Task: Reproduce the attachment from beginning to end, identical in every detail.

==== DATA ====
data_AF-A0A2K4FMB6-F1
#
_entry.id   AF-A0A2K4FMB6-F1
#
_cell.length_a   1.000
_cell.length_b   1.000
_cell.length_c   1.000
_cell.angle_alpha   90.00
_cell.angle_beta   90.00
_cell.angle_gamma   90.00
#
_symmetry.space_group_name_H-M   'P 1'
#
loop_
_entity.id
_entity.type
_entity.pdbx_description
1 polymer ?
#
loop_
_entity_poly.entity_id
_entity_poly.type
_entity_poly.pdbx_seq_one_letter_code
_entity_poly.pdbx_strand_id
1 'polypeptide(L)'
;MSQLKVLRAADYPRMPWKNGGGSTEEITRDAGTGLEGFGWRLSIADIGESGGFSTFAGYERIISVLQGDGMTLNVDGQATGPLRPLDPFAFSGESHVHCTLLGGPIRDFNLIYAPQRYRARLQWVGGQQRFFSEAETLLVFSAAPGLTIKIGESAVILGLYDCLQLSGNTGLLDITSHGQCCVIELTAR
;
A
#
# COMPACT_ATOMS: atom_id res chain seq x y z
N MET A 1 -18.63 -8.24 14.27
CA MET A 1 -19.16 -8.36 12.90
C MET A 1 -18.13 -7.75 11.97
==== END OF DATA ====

data_AF-A0A2K4FMB6-F1
#
_entry.id   AF-A0A2K4FMB6-F1
#
_cell.length_a   1.000
_cell.length_b   1.000
_cell.length_c   1.000
_cell.angle_alpha   90.00
_cell.angle_beta   90.00
_cell.angle_gamma   90.00
#
_symmetry.space_group_name_H-M   'P 1'
#
loop_
_entity.id
_entity.type
_entity.pdbx_description
1 polymer ?
#
loop_
_entity_poly.entity_id
_entity_poly.type
_entity_poly.pdbx_seq_one_letter_code
_entity_poly.pdbx_strand_id
1 'polypeptide(L)'
;MSQLKVLRAADYPRMPWKNGGGSTEEITRDAGTGLEGFGWRLSIADIGESGGFSTFAGYERIISVLQGDGMTLNVDGQATGPLRPLDPFAFSGESHVHCTLLGGPIRDFNLIYAPQRYRARLQWVGGQQRFFSEAETLLVFSAAPGLTIKIGESAVILGLYDCLQLSGNTGLLDITSHGQCCVIELTAR
;
A
#
# COMPACT_ATOMS: atom_id res chain seq x y z
N MET A 1 -18.63 -8.24 14.27
CA MET A 1 -19.16 -8.36 12.90
C MET A 1 -18.13 -7.75 11.97